Walmart to Close Jetblack Personal-Shopping Service in New York

(Bloomberg) -- Jetblack is going black.

Walmart Inc.’s Jetblack, a personal-shopping service for busy urban families, will cease operations Feb. 21, according to a company spokesman. The brainchild of Walmart’s online chief Marc Lore, Jetblack will be integrated into the parent company’s operations and its technology applied to other parts of the retailer. Nearly 300 employees will be let go as part of the move, with 58 staying on with Walmart, the spokesman said.

The decision comes after discussions to sell the money-losing unit fizzled, a person familiar with the talks said.

The move was not much of a surprise, as Walmart has said very little about Jetblack in recent months amid a broader restructuring of its U.S. e-commerce business, which is growing but remains unprofitable. Jetblack was the first business to emerge from Walmart’s Store No. 8 technology incubator, which has also undergone changes as its two co-leaders have departed. Walmart replaced Jetblack’s chief executive officer in October.

“When we launched Jetblack, part of the initiative was to start testing and building technology with the intent that it could be used in other ways, including applying it to other parts of our business,” Scott Eckert, senior vice president of next-generation retail and the head of Store No. 8, said in an internal company memo. Advances in text-based shopping and voice ordering “will be an important way Walmart serves customers in the future.”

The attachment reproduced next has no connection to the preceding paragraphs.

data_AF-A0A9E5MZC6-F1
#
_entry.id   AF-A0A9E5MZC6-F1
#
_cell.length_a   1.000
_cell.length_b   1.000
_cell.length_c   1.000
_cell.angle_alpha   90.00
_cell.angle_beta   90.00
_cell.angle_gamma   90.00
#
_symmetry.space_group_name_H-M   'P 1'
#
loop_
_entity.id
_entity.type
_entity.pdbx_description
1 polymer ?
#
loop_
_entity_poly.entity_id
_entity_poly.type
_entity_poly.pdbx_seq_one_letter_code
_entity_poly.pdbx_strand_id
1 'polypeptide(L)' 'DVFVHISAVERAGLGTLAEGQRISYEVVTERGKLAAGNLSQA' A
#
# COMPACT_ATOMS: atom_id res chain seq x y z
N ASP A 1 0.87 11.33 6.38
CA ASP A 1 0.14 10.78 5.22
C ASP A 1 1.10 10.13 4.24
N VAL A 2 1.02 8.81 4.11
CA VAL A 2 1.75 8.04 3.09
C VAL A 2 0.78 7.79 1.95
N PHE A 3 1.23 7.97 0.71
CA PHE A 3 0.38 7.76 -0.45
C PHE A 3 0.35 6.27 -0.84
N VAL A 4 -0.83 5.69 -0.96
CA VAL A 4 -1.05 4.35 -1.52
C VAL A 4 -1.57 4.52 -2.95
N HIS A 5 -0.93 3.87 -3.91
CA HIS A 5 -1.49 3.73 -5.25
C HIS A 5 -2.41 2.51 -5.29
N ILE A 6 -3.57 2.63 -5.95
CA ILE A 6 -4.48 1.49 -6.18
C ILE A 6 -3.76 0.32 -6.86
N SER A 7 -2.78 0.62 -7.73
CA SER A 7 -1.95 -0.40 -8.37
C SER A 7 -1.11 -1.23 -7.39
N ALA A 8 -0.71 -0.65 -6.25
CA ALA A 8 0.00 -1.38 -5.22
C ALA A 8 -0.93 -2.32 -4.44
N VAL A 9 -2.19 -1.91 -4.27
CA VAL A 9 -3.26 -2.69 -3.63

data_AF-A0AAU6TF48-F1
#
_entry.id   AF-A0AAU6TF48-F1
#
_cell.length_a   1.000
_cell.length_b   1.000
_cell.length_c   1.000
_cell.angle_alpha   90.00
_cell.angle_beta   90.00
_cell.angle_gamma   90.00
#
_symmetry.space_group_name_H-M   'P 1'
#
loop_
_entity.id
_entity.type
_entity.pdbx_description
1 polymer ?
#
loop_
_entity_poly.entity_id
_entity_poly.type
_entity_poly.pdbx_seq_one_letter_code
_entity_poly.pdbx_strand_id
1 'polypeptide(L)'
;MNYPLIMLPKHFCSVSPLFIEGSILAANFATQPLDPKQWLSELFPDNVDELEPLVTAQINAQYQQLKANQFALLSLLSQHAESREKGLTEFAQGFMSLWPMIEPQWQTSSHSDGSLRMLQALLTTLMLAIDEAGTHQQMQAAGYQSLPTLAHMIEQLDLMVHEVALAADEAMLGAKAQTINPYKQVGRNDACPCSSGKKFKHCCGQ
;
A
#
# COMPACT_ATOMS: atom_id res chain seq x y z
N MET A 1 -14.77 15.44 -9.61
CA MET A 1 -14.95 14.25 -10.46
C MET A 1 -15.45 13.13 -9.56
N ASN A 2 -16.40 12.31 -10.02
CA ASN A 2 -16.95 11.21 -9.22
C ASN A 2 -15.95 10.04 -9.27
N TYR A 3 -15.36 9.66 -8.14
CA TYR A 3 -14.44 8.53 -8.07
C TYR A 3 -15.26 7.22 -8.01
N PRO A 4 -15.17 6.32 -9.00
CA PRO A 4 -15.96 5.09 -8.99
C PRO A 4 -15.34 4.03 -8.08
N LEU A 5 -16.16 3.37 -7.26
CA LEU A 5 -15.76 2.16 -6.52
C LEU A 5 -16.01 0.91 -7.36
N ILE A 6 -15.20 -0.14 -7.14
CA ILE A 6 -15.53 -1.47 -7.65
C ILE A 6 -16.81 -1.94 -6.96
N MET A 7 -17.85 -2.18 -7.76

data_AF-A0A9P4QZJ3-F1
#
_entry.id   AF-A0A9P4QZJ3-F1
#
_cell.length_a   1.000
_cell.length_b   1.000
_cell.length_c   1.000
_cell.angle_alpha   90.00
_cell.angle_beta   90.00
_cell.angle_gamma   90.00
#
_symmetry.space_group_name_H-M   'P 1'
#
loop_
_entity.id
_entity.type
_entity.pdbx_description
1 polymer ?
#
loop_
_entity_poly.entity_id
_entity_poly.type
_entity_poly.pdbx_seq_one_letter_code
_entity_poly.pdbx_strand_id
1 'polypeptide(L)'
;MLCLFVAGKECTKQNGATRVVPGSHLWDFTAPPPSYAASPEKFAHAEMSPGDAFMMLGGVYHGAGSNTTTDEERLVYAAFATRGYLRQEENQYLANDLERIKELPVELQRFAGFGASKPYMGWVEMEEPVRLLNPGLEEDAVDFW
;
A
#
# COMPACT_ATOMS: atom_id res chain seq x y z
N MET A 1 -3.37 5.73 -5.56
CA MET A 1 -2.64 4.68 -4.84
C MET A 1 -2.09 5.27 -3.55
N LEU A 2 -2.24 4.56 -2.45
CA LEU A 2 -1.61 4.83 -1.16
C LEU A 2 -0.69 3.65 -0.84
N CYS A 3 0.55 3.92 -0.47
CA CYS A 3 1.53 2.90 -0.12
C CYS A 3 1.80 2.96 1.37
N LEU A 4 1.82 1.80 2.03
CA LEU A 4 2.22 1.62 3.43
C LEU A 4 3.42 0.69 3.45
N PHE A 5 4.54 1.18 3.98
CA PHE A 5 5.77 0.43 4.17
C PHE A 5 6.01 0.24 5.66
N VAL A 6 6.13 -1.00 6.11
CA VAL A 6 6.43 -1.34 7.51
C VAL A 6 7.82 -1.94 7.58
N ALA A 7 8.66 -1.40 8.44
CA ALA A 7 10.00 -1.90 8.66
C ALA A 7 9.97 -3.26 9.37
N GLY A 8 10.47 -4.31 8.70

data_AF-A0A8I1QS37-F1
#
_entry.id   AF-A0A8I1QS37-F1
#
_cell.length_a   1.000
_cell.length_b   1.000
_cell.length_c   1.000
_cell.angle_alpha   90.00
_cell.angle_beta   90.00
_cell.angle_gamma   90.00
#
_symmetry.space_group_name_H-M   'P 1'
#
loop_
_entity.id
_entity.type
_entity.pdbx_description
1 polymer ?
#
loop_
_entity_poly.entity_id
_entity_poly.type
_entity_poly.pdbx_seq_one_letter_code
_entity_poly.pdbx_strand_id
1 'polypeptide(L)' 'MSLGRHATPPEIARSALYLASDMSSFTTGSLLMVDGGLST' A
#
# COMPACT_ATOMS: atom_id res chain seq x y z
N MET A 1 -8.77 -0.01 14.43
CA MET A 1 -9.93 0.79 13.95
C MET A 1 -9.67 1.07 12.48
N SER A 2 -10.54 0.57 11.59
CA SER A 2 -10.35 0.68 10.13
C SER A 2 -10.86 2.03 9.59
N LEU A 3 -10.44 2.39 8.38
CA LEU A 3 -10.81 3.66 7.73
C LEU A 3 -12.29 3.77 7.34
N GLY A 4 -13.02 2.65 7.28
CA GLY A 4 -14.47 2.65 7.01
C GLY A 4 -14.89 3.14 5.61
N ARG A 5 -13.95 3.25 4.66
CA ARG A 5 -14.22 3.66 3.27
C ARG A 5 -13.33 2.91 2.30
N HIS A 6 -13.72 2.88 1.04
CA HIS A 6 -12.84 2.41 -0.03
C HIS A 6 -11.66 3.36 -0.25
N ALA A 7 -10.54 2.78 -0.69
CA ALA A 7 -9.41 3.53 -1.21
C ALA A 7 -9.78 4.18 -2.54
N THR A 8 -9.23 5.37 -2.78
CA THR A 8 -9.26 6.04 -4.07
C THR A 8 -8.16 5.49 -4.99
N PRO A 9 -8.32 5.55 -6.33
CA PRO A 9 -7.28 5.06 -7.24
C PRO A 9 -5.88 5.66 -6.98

The news was first reported by The Wall Street Journal.

Walmart to Close Jetblack Personal-Shopping Service in New York

Personal Shoppers

Jetblack’s customers paid $50 a month for the service, which allowed them to text their requests for, say, a child’s birthday present, which would elicit a range of ideas that shoppers could choose from. Personal shoppers roving around Manhattan retailers like Sephora and Saks would then purchase the item and deliver it the same day -- gift wrapping included.

Jetblack once claimed it had “thousands of people” on its waiting list, but the service didn’t make much sense beyond doormen-staffed apartment buildings.

The 293 impacted employees will be offered severance if eligible, while the remaining 58 workers will form a New York-based “Conversational Commerce” team housed inside the retailer’s customer-focused division led by Chief Customer Officer Janey Whiteside.

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